There’s no one-size-fits-all approach to public sector procurement. The function varies widely across the world, and where it is least developed, corruption can easily take hold. Witness the latest global survey from Transparency International which reports one person in four admitting to bribing a public official, peaking at 84 per cent of respondents for the worst offender, Sierra Leone.
These extremes aside, public procurement, even in developed and stable economies, can still have a lot to learn about best practice. The Partnership for Public Procurement, co-founded by CIPS and the US body the National Institute for Governmental Purchasing (NIGP), has just launched a dedicated web portal to give public sector organisations and agencies around the world access to best practice procurement and professionalism. Drawing on our combined 150 years of experience working with, training and providing professional services to the sector, we designed it to support procurement at every level, in every type of public sector body.
Everything on the portal is underpinned by the CIPS/NIGP values and guiding principles (VGPs) which we believe will become the basis for a common international standard in public procurement.
More than 80 agencies have signed up to the VGPs already.
These principles are at the heart of a new service on the portal, the Public Procurement Profiler. This is an online questionnaire to help procurement teams identify if they have all the essentials in place to run an effective operation and, if there are gaps, to give them a checklist for an improvement plan to get where they need to be. The ‘essentials’ profiler is free of charge and quick to use, but for those who want more depth, there’s a detailed self-assessment questionnaire to identify whether the best procurement model is being used for that organisation and whether stakeholders can be confident that best value is being achieved. It also allows users to compare their own procurement model with those of similar agencies, both in the same country and elsewhere in the world. Also on the site are guidance documents on procurement practice, reports and white papers. Over time this will become a major resource.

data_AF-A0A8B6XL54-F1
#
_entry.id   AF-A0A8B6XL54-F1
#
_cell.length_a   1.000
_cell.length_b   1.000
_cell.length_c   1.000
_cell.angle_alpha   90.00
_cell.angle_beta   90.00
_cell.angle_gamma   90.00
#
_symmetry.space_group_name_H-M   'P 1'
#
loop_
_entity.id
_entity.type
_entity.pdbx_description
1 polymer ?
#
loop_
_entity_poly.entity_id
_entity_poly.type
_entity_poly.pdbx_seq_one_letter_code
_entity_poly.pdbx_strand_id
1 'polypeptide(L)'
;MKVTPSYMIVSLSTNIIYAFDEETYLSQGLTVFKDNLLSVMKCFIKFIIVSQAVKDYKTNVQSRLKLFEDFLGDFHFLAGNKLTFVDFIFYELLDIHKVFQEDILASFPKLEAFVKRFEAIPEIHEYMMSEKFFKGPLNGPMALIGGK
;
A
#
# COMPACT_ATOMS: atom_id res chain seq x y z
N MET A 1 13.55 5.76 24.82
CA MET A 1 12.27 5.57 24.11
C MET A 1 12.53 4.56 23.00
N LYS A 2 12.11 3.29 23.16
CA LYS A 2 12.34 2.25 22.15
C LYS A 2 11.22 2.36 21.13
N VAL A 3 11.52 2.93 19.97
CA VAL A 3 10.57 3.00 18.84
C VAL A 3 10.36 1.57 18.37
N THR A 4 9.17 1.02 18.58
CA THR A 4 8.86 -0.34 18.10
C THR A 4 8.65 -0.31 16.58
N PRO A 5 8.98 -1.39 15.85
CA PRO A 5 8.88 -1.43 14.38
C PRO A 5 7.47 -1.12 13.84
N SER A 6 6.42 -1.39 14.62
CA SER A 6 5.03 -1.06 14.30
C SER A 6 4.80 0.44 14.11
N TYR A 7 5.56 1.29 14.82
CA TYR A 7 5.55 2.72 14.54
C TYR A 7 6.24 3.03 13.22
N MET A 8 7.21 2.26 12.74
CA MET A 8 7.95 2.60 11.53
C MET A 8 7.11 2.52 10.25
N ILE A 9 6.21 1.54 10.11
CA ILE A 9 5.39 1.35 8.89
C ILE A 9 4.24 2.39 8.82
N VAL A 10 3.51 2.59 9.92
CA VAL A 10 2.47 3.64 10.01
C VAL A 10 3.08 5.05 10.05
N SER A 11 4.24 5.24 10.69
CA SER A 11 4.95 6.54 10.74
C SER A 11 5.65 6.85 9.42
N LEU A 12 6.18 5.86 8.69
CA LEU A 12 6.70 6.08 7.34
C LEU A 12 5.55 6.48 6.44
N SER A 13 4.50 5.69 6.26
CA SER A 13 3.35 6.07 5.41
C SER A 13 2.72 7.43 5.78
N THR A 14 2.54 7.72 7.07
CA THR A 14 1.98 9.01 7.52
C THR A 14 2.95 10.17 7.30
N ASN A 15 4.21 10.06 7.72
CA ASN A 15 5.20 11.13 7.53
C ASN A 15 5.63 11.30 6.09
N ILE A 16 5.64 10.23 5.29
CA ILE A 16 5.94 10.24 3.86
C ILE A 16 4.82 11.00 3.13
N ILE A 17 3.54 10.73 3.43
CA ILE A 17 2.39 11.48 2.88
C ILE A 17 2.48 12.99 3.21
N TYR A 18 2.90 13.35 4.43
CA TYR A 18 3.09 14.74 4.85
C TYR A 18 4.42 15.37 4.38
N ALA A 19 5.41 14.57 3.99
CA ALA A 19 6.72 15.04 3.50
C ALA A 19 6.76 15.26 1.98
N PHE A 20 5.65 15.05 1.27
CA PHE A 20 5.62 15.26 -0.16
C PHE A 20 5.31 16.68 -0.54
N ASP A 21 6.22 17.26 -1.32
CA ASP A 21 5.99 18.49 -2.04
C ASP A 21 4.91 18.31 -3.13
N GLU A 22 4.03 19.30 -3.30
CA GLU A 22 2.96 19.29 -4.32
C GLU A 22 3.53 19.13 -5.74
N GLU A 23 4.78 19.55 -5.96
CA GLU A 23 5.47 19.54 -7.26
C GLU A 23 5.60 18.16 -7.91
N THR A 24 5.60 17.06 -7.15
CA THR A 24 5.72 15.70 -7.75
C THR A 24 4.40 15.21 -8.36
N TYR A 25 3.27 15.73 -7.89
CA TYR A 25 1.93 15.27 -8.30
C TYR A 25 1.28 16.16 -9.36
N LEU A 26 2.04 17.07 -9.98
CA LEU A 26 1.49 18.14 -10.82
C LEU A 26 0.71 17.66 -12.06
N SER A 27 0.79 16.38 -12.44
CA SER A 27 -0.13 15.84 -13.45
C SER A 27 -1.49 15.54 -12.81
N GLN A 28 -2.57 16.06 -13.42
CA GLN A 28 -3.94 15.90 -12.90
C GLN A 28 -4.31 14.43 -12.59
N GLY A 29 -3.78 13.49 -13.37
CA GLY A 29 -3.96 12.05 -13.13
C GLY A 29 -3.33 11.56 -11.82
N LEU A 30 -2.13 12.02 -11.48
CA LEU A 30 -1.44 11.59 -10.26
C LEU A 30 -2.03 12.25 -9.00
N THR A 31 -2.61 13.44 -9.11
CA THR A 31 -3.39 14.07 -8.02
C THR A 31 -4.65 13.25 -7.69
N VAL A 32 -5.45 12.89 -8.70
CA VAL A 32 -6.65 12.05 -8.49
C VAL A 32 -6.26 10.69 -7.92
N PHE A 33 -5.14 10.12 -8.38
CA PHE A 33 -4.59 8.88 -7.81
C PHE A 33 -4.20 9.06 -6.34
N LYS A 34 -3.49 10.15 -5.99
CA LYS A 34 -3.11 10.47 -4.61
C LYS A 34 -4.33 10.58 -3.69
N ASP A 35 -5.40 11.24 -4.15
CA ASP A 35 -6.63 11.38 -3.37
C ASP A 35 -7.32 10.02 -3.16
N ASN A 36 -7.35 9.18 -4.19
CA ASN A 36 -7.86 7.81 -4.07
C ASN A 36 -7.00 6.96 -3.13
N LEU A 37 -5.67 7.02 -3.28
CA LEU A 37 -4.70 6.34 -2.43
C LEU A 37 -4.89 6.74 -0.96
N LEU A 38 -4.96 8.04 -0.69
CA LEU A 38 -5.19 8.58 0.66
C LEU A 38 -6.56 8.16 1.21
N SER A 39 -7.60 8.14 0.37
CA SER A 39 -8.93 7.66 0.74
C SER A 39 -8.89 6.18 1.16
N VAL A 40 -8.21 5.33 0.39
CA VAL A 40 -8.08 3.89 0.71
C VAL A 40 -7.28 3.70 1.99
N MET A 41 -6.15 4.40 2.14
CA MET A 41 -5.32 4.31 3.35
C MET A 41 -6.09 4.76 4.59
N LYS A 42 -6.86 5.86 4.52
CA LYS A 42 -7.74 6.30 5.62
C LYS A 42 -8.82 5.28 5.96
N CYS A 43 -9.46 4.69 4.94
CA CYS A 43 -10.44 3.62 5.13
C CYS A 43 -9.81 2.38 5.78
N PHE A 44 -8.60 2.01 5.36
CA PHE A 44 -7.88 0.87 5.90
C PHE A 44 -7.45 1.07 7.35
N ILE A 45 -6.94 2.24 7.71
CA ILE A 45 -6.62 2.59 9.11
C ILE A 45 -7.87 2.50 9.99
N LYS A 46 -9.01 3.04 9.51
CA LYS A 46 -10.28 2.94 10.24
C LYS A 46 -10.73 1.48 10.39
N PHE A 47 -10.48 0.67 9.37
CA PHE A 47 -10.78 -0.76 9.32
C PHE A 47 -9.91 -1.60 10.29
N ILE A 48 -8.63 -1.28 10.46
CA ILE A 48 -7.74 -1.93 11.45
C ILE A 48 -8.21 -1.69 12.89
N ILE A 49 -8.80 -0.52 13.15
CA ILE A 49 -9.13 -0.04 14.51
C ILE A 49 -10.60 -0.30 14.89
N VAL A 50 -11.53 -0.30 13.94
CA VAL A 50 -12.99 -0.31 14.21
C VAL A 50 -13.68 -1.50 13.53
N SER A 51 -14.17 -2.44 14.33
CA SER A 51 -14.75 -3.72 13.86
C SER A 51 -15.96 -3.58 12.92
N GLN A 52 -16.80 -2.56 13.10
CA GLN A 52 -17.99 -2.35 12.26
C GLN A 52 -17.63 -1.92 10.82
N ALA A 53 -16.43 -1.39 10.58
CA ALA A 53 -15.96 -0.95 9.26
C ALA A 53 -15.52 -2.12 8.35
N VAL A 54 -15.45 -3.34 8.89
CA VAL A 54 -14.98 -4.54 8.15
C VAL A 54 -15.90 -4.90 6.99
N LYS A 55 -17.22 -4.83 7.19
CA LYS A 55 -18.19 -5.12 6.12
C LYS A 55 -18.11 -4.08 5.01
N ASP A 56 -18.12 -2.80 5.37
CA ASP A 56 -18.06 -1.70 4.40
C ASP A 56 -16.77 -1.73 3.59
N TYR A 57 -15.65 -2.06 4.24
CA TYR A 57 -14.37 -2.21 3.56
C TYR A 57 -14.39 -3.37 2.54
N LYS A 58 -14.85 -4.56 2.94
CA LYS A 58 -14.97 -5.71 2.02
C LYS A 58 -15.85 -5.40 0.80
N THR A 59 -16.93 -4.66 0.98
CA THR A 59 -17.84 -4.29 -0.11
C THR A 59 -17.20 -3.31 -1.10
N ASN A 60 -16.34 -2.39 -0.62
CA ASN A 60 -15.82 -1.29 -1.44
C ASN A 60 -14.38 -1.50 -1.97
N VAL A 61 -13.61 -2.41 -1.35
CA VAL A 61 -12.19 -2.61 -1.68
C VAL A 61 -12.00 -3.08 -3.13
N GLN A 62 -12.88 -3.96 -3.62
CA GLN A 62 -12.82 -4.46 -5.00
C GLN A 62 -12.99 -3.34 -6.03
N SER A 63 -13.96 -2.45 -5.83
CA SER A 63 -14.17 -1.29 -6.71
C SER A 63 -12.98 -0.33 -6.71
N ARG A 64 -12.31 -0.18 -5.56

It might seem a lofty ambition, but the Partnership’s shared vision, to promote the adoption of our values and principles by governments globally, and establish consistency in practice, will, if we leverage our combined strengths successfully, result in effective public sector procurement and greater benefits for all. Visit www.globalpublic
CIPS helps oil industry efficiency
I don’t know whether any
of you caught the recent documentary commemorating 25 years since the Piper Alpha oil rig disaster, but it was a salutary reminder of the dangers inherent in extracting the oil we need to meet our increasing energy demands.
Since then, investment in
the industry has increased massively, creating more
than 400,000 jobs. It now supplies 73 per cent of
UK total energy.
While this is all good news, competition between operator companies to get the best return on their investment brings big challenges for the procurement professionals
The trade association Oil & Gas UK in Aberdeen has made it its mission to ensure a long-term future for the industry by promoting collaboration throughout the supply chain. CIPS is providing support with what we do best, helping to develop and retain talent in the industry and drive performance efficiency.
My presentation at Oil & Gas UK’s recent forum, and meeting Scotland’s deputy first minister, Nicola Sturgeon, to discuss how we get young people qualified to meet this demand, means CIPS is at the forefront of this activity.